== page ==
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What Will You Do Differently?

by Julie D. Ramsay
 | Jul 23, 2014
What Will You Do Differently?

In today’s world, the topic of using technology in the classroom can be intimidating. In this monthly column, join one teacher on a quest to discover the best way to meet the needs of her digital-age learners…moving beyond the technology tools to focusing on supporting each student’s learning. 

For many of us, our school break is becoming a flurry of putting classrooms back together, creating exciting new activities for our fresh new learners, and the subtle creeping in of those back-to-school dreams (or is that just me?). Personally, the first day of school is one of my very favorite days of the year. Everything is fresh and new. The door is open to new opportunities and adventures. Students and teachers alike are excited by all the possibilities. But, as I watch all the tweets, posts, and pins, I can’t help but wonder if some of us are slapping a fresh coat of paint on an old rickety practice. Are we making things look really good and exciting on the surface without taking the time to reflect on our practice and how we can make changes to positively impact the learning of each and every student, each and every day?

There are two major areas in the world of the classroom where a strong foundation paves the way to a smooth and productive year: communication and getting to know our students.  I thought I would take this opportunity to share with you some of the strategies, practices, and tools I will be using in the upcoming school year in order to kick off the school year right.

Staying Connected

As teachers, we know that a big piece of our students’ success is building a strong bond between school and home. Practices, procedures, and expectations change each year for a student. And although students adjust quickly in school, often their parents may be confused and frustrated by all the “new” coming home each day.

We need to be prepared to deliver important information in a timely manner. At the beginning of our teaching career, we may have communicated with a weekly newsletter that we printed off and sent home. And although that may have been the most effective way of communicating with parents, times have changed. We need to think about the methods our parents and students use to receive their information now. Information gathering is quick, concise, and usually in the palms of their hands. We need to deliver updates in the digital places where parents already spend time.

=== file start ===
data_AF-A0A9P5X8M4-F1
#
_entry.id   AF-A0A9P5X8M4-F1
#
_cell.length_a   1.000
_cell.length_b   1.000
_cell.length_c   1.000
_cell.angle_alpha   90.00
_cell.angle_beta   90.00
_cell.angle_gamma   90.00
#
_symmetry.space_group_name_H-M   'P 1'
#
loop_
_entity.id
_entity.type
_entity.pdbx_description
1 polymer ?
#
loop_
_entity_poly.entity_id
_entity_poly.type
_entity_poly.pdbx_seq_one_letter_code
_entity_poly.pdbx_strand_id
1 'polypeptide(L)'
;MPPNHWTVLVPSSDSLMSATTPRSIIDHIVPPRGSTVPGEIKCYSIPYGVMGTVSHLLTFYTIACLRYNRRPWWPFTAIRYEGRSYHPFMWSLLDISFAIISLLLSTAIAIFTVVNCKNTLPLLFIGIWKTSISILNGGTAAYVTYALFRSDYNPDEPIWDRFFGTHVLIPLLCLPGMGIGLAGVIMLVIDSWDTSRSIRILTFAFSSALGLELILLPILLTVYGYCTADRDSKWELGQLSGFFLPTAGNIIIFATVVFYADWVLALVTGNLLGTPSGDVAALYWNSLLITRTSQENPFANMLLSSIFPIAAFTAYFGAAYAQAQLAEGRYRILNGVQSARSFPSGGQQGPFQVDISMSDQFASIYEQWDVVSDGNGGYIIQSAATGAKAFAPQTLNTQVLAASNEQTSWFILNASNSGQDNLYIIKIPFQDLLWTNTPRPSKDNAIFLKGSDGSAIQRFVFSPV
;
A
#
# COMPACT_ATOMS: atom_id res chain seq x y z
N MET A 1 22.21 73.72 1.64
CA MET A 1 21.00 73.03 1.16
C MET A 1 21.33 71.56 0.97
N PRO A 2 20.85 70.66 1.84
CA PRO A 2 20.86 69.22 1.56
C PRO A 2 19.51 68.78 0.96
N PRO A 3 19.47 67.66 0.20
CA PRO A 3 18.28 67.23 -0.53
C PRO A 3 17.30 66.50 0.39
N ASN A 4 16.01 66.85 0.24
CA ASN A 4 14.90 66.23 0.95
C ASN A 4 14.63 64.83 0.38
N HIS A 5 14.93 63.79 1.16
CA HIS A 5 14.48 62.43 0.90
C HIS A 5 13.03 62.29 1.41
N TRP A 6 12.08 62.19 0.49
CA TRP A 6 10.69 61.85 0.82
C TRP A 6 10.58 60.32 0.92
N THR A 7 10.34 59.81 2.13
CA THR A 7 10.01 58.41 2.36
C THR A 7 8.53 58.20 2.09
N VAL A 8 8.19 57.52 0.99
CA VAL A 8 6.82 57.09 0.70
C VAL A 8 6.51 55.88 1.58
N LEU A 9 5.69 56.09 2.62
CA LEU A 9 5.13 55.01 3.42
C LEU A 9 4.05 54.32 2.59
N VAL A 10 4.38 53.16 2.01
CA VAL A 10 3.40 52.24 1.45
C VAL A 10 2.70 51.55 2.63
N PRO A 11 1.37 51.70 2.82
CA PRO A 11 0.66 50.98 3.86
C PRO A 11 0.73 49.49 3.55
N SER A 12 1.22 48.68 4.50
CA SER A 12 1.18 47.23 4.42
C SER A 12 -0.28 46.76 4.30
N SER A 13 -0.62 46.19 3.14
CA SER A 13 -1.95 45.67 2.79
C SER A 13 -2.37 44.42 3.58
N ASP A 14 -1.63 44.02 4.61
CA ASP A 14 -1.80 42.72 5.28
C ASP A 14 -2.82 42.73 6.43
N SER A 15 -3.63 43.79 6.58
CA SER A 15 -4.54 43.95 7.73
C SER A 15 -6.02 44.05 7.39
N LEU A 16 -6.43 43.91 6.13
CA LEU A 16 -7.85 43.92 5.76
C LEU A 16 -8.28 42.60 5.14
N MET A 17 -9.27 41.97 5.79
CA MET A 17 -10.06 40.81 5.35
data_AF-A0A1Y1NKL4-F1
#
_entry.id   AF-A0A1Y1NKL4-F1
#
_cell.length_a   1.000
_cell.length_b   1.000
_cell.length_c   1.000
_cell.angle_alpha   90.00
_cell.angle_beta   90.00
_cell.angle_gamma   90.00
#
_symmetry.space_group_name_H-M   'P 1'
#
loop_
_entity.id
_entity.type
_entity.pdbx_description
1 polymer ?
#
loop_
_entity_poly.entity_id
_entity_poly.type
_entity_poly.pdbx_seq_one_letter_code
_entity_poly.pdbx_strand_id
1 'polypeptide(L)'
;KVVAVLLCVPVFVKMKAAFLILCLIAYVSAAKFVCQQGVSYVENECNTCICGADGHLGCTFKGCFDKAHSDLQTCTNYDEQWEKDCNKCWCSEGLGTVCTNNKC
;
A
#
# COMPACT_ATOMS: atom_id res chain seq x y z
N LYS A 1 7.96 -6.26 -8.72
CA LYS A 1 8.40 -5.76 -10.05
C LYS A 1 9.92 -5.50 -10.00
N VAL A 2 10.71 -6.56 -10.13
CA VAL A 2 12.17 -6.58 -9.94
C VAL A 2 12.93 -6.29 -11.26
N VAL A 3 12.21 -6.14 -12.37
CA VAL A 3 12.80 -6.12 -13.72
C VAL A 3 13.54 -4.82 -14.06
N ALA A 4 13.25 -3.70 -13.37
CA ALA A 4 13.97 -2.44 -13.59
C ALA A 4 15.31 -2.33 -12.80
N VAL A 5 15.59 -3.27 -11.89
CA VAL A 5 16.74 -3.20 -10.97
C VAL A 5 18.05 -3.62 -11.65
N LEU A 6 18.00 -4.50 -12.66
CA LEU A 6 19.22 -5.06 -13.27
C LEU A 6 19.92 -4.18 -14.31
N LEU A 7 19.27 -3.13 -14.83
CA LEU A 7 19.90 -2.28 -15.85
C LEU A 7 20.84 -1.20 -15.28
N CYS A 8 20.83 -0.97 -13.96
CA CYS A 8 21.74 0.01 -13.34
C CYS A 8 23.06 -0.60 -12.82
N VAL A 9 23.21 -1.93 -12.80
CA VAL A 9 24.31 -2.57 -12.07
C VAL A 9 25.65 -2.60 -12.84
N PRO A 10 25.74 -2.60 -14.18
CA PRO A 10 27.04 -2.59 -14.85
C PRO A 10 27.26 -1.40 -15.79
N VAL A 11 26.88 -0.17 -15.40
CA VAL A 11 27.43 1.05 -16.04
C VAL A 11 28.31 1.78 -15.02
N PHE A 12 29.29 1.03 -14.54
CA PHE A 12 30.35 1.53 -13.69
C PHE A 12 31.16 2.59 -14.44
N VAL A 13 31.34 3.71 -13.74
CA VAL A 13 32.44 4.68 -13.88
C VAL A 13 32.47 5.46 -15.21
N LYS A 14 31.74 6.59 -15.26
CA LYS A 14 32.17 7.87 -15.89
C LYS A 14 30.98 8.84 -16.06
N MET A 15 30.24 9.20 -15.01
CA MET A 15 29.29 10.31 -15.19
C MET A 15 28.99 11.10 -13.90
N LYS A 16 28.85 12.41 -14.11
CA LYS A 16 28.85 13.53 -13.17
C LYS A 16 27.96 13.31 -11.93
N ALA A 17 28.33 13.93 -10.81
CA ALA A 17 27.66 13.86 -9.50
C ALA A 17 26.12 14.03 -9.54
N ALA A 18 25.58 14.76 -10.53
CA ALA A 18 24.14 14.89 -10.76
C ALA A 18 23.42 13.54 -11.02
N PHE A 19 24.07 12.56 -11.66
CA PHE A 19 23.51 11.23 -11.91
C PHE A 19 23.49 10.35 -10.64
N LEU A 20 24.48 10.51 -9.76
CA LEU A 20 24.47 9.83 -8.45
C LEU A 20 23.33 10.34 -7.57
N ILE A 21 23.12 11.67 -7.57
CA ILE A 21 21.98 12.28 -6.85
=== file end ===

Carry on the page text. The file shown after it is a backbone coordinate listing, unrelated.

In addition to our regular postings on our class blog (which my learners quickly begin maintaining), our class is active on Twitter and Instagram. We have set up a class account @RamsaysClass to let our audience know that everything being published is coming from students. Students post on classroom devices where we are logged into the accounts or they use their own accounts (with parent approval) and post to our hashtag (#RQMS6). Although my learners use both tools to share their learning and connect with their global peers, it also serves as a window into our daily learning activities. Family members cannot only see our active learning environment, but it also gives them the opportunity to join in all of the learning fun. Over the years, these tools have proven to be highly effective in keeping family members, near and far, engaged in our learning community.

In addition to social media, a major source of communication in today’s digital world is texting. There are several texting tools and apps you can use, but my preference is Remind (formerly Remind101). With Remind, you can set up different groups for free; if you teach multiple classes, you can set up a student and parent group for each class. When you send messages, you can send to multiple groups at the same time. You don’t have all the parents’ and students’ numbers and they do not have yours. You give parents and students a class code and they can receive your updates via push notifications, text messages, or email. You can even schedule updates in advance and attach files like photos, documents, PDFs, and presentations. Staying in touch couldn’t be simpler.

Getting to Know You

Life in the classroom is never dull. With so many different learners with unique needs, sometimes it can feel like we are balancing a plethora of spinning plates. How do you determine what a student knows on each and every skill and standard? How do you learn each student’s interests so you can peak his/her curiosity? The sheer amount of formal and informal data a teacher collects each day can quickly become overwhelming, especially at the beginning of the year when you are getting to know your students.